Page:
PFLUGERVILLE (BP) — Mike Northen never imagined disaster relief would begin in his church’s parking lot, but that is what happened as First Baptist Pflugerville set up a Southern Baptists of Texas Convention disaster relief feeding unit to support Red Cross efforts in central Texas following region-wide flooding in May.
“We set up the kitchen at our church because it was a central location,” said Northen, First Pflugerville’s associate pastor of education and church administration.
The feeding unit, manned initially by volunteers from First Pflugerville, began preparing meals June 1 for Red Cross workers to transport to area communities including Brenham, Bryan-College Station, Somerville, Cedar Creek, Bastrop and Giddings, Northen said.
The meals prepared by Southern Baptists of Texas Convention (SBTC) volunteers were kept hot in Cambro containers supplied by the Red Cross, whose workers drove emergency response vehicles to distribute the food to those impacted by the flooding, Northen said.
Northen served as white hat, or incident leader, May 31–June 4, the week in which First Pflugerville volunteers manned the feeding unit. Ralph Britt of Flint Baptist Church rotated in with a fresh crew over the next weekend as SBTC teams continued producing 500-plus meals per day.
More than 6,000 meals were prepared the first week of the deployment, Northen added.
“Our feeding volunteers continue to serve and be a blessing to the victims of the recent flooding. Mud-out operations will start after the water recedes,” said Scottie Stice, SBTC director of disaster relief.
SBTC disaster relief volunteers also deployed to Rosenberg, north of Houston, where they provided laundry and shower units to assist more than 200 first responders engaged in flood relief in southeast Texas.
“We are honored to serve first responders in Rosenberg as they serve the people of the state of Texas,” Stice said. The Rosenberg deployment wrapped up June 6 as white hat Mike Jansen oversaw the removal of SBTC equipment to Angleton at the request of Texas Emergency Management.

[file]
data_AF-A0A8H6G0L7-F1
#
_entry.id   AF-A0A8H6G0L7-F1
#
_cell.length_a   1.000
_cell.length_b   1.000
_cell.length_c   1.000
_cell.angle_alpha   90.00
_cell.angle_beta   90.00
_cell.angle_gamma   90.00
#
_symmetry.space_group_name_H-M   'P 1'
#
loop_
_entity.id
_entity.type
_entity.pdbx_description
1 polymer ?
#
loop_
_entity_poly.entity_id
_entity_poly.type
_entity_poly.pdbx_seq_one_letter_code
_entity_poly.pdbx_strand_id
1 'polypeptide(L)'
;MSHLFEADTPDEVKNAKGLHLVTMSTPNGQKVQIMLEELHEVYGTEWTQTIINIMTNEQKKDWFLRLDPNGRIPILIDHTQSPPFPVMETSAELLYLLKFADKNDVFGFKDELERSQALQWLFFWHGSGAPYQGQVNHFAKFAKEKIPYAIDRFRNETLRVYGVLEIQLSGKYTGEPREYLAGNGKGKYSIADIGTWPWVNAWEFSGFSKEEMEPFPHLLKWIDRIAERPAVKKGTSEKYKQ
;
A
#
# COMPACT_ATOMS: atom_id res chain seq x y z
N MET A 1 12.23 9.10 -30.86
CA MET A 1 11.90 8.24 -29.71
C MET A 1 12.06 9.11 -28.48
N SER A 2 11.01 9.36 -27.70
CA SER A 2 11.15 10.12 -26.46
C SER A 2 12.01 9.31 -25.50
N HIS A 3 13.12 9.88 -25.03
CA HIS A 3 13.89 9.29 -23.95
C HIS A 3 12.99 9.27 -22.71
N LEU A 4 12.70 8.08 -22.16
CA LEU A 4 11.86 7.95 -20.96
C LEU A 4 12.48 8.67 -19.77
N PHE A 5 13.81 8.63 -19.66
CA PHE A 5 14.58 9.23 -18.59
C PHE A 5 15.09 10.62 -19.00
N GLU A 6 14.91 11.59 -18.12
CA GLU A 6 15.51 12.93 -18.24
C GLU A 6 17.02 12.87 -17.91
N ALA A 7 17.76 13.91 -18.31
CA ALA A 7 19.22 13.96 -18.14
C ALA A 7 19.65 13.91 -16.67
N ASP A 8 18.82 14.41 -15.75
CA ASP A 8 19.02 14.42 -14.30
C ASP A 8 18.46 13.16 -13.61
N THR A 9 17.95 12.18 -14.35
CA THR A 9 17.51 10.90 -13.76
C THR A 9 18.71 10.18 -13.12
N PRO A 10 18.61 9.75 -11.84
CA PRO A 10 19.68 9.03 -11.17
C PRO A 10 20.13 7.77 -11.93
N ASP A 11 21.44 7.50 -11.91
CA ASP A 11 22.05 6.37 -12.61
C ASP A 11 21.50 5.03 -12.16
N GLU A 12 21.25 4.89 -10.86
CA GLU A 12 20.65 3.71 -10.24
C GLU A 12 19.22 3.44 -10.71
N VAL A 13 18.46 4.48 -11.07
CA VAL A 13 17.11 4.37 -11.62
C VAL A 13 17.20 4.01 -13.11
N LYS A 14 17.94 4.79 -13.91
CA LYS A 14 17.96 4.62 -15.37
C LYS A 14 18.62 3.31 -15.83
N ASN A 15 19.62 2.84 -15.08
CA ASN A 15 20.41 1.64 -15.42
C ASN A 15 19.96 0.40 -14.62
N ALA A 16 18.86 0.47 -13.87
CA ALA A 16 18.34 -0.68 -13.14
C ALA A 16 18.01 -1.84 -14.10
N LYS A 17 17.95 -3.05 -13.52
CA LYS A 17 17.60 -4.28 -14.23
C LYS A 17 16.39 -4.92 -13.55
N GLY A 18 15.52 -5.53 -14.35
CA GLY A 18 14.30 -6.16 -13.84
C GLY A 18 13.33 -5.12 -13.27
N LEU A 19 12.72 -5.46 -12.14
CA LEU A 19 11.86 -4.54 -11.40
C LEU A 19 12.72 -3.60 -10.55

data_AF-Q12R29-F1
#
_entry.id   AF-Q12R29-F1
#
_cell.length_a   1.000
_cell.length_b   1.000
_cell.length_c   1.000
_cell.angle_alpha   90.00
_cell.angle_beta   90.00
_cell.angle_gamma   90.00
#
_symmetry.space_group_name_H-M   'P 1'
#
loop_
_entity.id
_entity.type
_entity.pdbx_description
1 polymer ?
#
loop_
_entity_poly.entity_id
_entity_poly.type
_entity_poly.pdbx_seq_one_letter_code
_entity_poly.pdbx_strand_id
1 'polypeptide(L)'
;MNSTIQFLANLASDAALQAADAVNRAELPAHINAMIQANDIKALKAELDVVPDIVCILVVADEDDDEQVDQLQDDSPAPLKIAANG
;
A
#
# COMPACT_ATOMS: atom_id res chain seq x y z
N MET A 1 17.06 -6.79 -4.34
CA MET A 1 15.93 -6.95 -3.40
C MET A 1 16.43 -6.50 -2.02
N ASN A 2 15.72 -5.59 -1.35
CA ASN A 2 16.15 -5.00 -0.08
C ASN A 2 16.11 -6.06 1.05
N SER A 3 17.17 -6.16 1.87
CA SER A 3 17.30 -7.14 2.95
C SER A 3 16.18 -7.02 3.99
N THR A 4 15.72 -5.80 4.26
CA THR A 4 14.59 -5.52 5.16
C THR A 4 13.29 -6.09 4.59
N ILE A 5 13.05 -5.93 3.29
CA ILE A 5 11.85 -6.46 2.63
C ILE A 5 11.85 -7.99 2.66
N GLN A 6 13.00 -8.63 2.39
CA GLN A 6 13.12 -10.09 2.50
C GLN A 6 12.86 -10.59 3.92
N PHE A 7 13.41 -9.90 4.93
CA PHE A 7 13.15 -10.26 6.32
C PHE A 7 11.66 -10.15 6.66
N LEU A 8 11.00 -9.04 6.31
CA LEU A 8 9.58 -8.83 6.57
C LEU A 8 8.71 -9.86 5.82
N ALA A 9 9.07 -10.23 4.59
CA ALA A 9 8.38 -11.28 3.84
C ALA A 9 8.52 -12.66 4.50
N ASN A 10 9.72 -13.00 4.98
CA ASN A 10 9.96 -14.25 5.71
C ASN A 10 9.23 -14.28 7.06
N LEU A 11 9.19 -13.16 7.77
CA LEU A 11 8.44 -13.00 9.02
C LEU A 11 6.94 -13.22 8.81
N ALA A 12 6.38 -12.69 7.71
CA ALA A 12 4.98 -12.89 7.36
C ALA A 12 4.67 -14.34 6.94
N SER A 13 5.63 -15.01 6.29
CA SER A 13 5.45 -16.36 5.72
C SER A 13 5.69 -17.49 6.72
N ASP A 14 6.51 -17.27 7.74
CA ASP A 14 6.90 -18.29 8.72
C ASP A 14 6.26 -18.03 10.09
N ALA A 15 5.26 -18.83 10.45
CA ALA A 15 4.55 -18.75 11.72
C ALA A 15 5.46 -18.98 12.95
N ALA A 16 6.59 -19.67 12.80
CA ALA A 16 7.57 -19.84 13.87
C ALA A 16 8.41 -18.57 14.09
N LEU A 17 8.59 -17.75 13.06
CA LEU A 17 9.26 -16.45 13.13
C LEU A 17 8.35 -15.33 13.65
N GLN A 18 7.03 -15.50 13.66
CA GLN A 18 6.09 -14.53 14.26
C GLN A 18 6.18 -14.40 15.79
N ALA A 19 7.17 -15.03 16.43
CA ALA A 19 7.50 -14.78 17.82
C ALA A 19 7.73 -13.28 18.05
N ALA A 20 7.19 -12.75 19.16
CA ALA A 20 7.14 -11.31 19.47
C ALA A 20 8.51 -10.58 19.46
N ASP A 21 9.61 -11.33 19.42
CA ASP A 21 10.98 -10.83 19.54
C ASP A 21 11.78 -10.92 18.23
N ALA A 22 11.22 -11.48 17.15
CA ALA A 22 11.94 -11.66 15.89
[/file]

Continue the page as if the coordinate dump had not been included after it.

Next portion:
Spring floods ravaging Texas only affirmed the need for disaster relief volunteers.
For pastors considering establishing a disaster relief ministry, Northen advised, “Don’t try to figure out whether you need [DR training]. Get trained to help. Get ready.”
Volunteering on a disaster relief deployment may involve a few hours, a day, a week or longer.
“Some deployed from our church are in job or life situations where they thought they’d never get to serve. I pushed them to get the training,” Northen said, adding that he told church members, “Let God worry about when and where you deploy.”
Fifteen disaster relief volunteers from First Pflugerville manned the feeding unit in the church parking lot, some working for just a day.
Participating in disaster relief, especially in one’s own backyard, may inconvenience a church, but the inconvenience is worth it, Northen said. In the case of First Pflugerville, Sunday services were impacted as the feeding unit took up 100 parking spaces. The next week’s feeding crew stayed in church facilities.
“We need more people, more pastors, to wake up and see this ministry is a very evangelistic outreach. I have people who are involved in DR who don’t feel like they can do anything else in the church. They don’t feel like they can teach. This gives them a way to serve. If you are not getting your church involved, are you keeping somebody, especially in their retirement years, from a way of serving?”
Disaster relief is an inclusive form of ministry meeting the needs of people in times of crisis, providing basic services and sharing the love of Jesus.
“It’s a chance to become salt and light,” Northen said.